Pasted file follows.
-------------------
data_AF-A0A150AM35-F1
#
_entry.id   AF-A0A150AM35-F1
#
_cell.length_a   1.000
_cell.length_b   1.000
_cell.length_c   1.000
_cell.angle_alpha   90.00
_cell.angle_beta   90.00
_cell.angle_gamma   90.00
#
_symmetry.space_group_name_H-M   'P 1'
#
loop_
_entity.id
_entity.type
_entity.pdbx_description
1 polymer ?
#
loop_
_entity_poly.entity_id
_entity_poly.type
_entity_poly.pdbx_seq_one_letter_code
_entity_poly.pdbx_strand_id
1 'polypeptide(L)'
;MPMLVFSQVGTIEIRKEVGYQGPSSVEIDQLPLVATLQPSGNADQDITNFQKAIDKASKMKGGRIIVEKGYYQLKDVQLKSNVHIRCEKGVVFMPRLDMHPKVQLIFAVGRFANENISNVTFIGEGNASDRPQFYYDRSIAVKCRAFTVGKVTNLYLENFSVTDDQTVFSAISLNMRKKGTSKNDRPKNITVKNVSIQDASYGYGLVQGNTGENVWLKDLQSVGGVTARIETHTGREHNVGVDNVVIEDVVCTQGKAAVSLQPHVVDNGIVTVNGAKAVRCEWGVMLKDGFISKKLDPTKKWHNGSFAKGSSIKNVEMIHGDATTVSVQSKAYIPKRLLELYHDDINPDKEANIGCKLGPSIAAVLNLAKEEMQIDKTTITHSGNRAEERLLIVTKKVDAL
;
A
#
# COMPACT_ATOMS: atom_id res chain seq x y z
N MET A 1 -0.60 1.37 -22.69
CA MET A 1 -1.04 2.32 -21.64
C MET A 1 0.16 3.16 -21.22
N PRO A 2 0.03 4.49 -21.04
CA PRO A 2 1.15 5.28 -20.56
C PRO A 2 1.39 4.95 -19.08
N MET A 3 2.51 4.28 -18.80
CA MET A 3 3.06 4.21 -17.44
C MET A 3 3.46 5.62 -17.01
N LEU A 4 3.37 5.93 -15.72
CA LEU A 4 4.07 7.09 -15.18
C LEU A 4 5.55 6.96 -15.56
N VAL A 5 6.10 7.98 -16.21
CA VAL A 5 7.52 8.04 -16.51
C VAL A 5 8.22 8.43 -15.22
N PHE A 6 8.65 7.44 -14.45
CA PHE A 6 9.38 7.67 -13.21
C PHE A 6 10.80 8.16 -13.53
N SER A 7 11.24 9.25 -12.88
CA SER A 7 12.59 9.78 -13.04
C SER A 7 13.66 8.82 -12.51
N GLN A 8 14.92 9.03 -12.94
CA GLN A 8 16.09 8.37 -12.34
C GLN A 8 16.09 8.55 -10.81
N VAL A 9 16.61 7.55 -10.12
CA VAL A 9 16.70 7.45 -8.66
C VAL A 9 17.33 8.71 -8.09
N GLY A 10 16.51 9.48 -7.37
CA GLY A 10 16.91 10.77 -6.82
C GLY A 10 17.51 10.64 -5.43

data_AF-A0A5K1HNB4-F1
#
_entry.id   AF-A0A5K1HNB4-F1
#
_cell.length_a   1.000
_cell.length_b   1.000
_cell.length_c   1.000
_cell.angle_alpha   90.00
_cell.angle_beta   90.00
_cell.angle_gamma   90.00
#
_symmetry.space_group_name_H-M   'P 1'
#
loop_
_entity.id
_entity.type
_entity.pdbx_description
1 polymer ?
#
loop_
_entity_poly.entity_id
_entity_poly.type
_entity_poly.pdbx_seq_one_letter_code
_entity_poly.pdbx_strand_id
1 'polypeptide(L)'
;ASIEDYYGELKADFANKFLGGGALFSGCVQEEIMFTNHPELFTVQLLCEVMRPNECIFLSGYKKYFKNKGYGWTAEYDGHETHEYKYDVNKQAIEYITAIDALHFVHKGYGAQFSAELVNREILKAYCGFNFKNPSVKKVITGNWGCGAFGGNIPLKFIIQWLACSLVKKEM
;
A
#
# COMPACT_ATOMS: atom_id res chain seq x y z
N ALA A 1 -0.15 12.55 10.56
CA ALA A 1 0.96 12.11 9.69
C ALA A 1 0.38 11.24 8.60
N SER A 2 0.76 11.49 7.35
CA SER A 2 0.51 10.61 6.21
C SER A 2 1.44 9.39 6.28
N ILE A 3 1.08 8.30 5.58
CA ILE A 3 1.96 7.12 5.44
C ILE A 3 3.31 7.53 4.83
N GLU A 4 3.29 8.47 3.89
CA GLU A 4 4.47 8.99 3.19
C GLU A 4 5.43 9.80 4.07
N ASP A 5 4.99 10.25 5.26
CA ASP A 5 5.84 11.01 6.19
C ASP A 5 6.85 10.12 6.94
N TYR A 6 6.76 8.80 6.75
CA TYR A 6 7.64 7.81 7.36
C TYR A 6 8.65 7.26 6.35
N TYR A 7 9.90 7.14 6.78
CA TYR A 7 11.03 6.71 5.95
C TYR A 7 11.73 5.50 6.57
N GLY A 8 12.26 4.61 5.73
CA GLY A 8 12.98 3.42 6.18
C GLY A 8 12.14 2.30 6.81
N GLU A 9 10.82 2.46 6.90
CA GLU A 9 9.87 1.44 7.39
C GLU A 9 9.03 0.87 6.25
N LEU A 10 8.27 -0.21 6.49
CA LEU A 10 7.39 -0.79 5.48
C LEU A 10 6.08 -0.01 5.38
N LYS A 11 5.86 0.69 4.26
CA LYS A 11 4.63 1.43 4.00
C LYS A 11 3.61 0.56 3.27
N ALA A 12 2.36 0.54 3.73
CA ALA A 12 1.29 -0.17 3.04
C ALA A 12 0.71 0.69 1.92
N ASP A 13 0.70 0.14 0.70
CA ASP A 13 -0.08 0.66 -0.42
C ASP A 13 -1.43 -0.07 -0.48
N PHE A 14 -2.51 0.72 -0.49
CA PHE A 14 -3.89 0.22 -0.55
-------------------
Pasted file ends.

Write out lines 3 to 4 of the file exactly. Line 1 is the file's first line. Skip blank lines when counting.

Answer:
_entry.id   AF-A0A150AM35-F1
#